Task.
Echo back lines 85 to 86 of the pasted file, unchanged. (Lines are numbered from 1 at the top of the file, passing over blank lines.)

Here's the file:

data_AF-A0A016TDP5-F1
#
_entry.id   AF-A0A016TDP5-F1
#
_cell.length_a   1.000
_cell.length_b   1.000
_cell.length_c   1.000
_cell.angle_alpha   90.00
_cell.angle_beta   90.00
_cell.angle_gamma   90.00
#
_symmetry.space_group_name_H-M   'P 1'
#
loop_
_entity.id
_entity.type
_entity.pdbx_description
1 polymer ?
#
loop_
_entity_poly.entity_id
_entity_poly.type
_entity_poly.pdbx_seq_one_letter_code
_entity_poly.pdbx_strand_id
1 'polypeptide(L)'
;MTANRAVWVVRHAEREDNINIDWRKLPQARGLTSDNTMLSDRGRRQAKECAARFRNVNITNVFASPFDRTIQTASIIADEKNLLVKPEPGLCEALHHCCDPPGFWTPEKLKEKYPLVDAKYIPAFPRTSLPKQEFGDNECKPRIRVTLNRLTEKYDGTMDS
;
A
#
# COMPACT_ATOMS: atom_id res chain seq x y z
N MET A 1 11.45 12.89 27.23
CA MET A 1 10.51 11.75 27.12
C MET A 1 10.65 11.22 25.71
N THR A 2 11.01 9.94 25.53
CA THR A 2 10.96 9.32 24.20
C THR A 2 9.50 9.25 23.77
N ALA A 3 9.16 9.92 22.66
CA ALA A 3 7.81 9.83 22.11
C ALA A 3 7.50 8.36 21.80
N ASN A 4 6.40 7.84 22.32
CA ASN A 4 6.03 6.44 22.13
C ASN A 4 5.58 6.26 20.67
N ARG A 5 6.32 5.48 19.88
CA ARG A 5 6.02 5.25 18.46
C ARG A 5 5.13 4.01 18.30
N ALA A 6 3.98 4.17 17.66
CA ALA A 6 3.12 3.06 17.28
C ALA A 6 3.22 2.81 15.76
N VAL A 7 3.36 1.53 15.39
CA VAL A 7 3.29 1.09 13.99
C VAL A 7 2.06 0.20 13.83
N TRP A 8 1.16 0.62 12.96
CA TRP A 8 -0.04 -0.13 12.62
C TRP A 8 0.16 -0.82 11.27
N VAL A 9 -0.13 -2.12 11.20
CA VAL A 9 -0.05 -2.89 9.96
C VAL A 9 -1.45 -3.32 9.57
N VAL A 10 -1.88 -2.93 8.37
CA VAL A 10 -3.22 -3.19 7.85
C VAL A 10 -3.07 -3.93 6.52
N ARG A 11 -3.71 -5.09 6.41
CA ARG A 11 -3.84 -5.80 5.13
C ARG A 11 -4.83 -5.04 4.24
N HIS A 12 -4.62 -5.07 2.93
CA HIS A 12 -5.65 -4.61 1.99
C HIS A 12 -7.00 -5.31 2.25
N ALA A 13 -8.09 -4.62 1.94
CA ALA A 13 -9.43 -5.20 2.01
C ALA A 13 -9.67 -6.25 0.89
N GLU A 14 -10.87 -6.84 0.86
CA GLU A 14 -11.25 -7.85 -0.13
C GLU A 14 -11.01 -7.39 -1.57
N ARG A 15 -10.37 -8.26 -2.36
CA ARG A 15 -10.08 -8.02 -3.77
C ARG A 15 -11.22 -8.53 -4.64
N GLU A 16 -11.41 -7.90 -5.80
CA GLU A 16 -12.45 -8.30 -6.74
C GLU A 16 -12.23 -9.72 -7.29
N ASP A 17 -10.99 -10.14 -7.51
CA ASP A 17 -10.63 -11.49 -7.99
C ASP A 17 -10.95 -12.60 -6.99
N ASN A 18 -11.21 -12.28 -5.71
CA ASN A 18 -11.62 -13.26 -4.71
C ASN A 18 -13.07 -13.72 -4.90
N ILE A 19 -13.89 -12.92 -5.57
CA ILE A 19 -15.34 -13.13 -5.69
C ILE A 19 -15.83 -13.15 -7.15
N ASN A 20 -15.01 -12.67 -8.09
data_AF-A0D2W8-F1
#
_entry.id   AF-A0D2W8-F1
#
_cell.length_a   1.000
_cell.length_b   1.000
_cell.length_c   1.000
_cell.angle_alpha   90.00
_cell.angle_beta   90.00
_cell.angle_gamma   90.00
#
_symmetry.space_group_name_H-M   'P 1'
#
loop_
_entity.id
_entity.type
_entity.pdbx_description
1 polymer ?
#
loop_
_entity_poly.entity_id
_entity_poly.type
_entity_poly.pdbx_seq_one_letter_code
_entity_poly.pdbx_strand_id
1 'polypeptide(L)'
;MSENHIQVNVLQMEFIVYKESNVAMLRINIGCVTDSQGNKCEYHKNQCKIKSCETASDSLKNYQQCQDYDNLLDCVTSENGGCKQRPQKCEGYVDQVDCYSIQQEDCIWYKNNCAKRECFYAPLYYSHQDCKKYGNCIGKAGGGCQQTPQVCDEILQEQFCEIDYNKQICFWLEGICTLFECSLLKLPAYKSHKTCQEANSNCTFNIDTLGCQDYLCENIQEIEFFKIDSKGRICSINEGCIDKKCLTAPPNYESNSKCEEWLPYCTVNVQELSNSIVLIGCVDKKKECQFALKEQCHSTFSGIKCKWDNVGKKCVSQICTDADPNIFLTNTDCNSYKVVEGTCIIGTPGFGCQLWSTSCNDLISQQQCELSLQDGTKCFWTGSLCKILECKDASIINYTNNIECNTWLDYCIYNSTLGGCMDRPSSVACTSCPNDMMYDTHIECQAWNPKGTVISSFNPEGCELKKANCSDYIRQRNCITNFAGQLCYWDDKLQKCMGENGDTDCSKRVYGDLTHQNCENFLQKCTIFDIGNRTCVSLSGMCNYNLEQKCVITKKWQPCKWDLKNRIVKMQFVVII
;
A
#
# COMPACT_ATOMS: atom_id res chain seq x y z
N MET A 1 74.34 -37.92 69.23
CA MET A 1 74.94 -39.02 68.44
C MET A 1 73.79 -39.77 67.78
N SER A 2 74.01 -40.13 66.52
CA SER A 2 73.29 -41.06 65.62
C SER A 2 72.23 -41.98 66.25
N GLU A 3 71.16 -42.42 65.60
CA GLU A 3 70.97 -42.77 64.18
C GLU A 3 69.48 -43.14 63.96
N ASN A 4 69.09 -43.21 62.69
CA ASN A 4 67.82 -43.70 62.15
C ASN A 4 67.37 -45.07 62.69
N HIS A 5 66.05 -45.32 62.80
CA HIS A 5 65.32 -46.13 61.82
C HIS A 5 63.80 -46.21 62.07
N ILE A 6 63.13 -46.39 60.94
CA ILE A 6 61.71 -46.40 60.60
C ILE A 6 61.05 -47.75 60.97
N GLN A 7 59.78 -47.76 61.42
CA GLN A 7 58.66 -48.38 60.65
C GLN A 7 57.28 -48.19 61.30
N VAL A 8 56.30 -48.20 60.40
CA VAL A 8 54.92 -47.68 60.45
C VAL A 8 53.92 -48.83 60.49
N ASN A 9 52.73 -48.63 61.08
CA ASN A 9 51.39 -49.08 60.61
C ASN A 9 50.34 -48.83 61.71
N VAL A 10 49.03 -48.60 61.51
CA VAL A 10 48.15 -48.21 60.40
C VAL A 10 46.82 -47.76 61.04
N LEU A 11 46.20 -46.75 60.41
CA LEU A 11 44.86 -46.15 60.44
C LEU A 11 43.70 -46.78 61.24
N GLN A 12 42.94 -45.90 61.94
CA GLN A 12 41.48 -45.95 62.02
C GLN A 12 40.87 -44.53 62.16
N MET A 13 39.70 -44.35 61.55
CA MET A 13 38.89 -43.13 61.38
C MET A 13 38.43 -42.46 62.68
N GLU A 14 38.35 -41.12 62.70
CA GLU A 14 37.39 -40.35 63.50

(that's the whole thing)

N ILE A 19 -13.89 -12.92 -5.57
CA ILE A 19 -15.34 -13.13 -5.69